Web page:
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Is the entire ‘War on Drugs’ about to change?

On Behalf of | Sep 14, 2020 | Drug Charges

Sometime this month, Congress is expected to vote on a bill that would decriminalize marijuana altogether. If that happens, it will mark a substantial shift in the nation’s “War on Drugs.” It could also have huge ramifications both for anybody awaiting trial on marijuana charges and those who have already been convicted on pot charges.

The Marijuana Opportunity Reinvestment and Expungement Act (called the MORE Act), would finally remove marijuana from the federal schedule of drugs established by the Controlled Substance Act. That list categorizes marijuana the same as heroin, as if it has no medicinal value whatsoever.

That narrative has quite obviously been deeply challenged by the move to allow the use of medical marijuana on a state-by-state level. It’s becoming increasingly hard to argue that the drug has no value to sufferers of many different conditions. It’s also considered vastly safer to use for pain control than prescription opiates.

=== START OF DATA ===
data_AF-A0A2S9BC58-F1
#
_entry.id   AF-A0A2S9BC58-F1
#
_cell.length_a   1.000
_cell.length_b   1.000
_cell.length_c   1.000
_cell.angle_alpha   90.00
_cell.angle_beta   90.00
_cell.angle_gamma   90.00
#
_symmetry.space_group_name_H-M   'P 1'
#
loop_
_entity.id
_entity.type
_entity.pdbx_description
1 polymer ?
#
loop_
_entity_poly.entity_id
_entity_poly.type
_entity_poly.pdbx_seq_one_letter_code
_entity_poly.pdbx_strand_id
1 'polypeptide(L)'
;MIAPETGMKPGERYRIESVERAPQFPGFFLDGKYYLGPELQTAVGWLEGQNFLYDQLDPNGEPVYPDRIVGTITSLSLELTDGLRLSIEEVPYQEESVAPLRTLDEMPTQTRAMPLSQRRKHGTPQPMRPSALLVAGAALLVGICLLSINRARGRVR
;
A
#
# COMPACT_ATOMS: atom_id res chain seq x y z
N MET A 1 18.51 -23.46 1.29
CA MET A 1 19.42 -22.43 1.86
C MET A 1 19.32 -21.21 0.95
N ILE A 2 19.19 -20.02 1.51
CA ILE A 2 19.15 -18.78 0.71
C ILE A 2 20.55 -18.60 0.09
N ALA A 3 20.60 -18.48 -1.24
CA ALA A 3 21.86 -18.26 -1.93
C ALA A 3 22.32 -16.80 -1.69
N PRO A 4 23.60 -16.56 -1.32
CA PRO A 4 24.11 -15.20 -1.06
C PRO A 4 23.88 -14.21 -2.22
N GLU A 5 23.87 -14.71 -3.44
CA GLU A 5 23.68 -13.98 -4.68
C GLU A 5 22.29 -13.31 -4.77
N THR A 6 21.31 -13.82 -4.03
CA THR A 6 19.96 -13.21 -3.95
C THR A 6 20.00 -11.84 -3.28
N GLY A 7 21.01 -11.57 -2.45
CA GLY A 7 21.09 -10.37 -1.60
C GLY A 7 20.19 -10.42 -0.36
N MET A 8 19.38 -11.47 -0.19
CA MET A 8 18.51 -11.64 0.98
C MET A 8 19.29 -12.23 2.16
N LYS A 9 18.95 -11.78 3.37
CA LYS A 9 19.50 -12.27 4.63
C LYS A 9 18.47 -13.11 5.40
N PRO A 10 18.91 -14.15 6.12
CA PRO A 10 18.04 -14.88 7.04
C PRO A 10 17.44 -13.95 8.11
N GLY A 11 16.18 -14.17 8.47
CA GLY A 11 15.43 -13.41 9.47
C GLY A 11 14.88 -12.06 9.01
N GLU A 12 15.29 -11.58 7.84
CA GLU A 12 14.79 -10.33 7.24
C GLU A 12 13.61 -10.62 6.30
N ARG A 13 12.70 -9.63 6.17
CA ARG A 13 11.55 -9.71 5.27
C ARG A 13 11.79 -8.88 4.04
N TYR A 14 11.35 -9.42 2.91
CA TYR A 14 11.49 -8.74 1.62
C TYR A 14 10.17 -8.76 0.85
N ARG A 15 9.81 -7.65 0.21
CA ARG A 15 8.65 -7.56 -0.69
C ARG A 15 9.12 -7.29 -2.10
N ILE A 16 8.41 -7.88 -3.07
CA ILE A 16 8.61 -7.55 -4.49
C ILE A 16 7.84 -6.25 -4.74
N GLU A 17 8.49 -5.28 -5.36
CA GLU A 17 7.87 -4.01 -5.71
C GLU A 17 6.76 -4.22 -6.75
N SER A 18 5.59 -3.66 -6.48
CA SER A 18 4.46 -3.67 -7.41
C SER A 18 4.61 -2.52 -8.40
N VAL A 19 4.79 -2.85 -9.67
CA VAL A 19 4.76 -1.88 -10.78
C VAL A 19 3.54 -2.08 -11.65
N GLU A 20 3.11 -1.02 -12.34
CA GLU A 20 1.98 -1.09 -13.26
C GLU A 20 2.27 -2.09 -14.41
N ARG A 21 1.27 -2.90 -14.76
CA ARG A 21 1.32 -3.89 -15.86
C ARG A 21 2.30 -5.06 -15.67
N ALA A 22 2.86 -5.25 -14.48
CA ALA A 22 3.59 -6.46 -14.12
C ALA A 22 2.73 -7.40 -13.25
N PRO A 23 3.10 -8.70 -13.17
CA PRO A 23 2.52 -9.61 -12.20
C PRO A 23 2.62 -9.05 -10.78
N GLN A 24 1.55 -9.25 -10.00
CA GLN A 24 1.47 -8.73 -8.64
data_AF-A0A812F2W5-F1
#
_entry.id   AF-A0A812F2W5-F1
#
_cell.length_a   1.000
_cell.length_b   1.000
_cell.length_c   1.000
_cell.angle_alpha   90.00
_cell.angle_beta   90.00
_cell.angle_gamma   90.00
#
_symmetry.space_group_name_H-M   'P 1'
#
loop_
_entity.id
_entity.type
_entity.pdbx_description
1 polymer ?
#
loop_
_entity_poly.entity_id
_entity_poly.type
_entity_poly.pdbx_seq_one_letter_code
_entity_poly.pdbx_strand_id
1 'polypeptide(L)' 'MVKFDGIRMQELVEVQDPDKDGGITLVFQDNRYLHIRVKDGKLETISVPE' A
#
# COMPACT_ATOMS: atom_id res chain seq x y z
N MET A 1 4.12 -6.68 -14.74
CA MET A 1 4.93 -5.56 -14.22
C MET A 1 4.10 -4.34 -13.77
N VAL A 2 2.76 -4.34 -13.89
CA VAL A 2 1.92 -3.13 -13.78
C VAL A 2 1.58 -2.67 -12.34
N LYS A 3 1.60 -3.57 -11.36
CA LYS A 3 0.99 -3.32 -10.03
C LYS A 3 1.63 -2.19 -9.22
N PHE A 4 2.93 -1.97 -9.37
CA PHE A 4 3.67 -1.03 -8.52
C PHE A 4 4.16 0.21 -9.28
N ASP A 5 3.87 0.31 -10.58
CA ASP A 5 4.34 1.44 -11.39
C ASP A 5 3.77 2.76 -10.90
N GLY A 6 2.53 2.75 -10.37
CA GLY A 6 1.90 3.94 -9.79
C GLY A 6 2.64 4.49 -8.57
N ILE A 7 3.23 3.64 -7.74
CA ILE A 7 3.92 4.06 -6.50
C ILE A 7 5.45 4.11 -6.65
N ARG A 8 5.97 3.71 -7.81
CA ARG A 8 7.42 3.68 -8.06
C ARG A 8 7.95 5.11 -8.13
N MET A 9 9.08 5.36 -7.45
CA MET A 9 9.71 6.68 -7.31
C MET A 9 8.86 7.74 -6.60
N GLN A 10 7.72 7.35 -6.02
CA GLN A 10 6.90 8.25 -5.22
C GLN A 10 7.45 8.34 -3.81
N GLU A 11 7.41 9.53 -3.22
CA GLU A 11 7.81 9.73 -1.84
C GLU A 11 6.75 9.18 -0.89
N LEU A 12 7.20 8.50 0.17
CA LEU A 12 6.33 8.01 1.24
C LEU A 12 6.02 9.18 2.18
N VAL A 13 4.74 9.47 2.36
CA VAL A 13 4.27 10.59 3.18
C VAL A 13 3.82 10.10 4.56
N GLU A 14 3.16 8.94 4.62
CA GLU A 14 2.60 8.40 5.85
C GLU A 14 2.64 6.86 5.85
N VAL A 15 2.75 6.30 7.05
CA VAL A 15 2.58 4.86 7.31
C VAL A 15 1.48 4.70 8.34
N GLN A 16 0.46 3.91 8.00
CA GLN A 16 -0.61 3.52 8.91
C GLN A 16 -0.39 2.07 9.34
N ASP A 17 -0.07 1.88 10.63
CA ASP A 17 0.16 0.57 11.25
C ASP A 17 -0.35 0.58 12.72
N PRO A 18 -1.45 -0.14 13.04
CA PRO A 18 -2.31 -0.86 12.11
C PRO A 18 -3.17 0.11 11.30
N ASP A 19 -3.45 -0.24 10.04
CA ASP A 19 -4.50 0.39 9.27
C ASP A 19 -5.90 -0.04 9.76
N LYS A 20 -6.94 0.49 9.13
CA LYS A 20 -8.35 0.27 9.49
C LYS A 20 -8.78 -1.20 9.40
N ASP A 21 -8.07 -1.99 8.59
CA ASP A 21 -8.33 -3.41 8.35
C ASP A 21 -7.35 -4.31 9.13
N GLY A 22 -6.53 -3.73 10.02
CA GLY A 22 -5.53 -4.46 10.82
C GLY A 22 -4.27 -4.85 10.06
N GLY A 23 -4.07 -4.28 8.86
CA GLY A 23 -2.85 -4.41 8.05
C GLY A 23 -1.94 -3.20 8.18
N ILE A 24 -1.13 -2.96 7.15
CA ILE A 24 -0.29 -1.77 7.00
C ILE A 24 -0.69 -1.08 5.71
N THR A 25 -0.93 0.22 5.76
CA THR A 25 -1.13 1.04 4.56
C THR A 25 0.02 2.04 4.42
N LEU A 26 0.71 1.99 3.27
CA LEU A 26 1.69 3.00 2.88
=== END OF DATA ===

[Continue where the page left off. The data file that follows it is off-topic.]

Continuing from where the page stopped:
Further shifts in public sentiment have also led several states to legalize the drug for recreational use by adults, making it essentially no different than alcohol.

A total of 99 co-sponsors in the House of Representatives support the MORE Act, which would also impose a 5% tax on marijuana products. If it becomes law, there will no longer be criminal penalties for people who manufacture, distribute or possess the drug. Under the MORE Act, people who have been convicted of marijuana-related crimes could also seek to have their criminal records expunged, which would give many a new lease on life without the shadow of a crime overhanging their efforts.

Successful or not, the fact that the MORE Act has such strong support is an indication that the government is finally catching on to the idea that prosecuting people over marijuana doesn’t really do anything. It’s far better to put the time, money and energy law enforcement has into dealing with more serious concerns.

If you’re facing charges related to drug possession, manufacturing or trafficking, take them seriously. Speak to an experienced defense attorney before you make the next move.


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